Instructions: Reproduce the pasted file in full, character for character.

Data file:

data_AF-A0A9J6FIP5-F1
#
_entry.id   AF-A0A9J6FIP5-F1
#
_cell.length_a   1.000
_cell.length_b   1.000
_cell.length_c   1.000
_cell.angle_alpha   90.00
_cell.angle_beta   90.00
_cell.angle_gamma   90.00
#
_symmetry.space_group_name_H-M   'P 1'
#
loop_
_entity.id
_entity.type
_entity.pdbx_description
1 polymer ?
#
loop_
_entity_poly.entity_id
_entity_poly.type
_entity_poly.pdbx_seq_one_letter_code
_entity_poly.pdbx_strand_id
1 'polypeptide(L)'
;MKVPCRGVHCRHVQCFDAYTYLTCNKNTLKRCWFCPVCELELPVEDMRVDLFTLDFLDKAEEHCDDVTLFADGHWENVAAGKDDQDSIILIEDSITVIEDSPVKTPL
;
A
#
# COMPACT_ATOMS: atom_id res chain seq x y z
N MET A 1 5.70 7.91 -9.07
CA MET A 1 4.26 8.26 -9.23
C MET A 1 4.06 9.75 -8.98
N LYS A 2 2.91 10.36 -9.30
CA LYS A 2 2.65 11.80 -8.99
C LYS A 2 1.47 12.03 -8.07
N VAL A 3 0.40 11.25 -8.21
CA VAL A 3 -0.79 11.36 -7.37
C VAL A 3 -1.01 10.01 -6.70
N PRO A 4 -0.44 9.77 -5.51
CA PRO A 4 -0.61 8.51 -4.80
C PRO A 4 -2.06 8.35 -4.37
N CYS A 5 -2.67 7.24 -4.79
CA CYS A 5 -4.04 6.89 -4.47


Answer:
data_AF-A0A9J6FIP5-F1
#
_entry.id   AF-A0A9J6FIP5-F1
#
_cell.length_a   1.000
_cell.length_b   1.000
_cell.length_c   1.000
_cell.angle_alpha   90.00
_cell.angle_beta   90.00
_cell.angle_gamma   90.00
#
_symmetry.space_group_name_H-M   'P 1'
#
loop_
_entity.id
_entity.type
_entity.pdbx_description
1 polymer ?
#
loop_
_entity_poly.entity_id
_entity_poly.type
_entity_poly.pdbx_seq_one_letter_code
_entity_poly.pdbx_strand_id
1 'polypeptide(L)'
;MKVPCRGVHCRHVQCFDAYTYLTCNKNTLKRCWFCPVCELELPVEDMRVDLFTLDFLDKAEEHCDDVTLFADGHWENVAAGKDDQDSIILIEDSITVIEDSPVKTPL
;
A
#
# COMPACT_ATOMS: atom_id res chain seq x y z
N MET A 1 5.70 7.91 -9.07
CA MET A 1 4.26 8.26 -9.23
C MET A 1 4.06 9.75 -8.98
N LYS A 2 2.91 10.36 -9.30
CA LYS A 2 2.65 11.80 -8.99
C LYS A 2 1.47 12.03 -8.07
N VAL A 3 0.40 11.25 -8.21
CA VAL A 3 -0.79 11.36 -7.37
C VAL A 3 -1.01 10.01 -6.70
N PRO A 4 -0.44 9.77 -5.51
CA PRO A 4 -0.61 8.51 -4.80
C PRO A 4 -2.06 8.35 -4.37
N CYS A 5 -2.67 7.24 -4.79
CA CYS A 5 -4.04 6.89 -4.47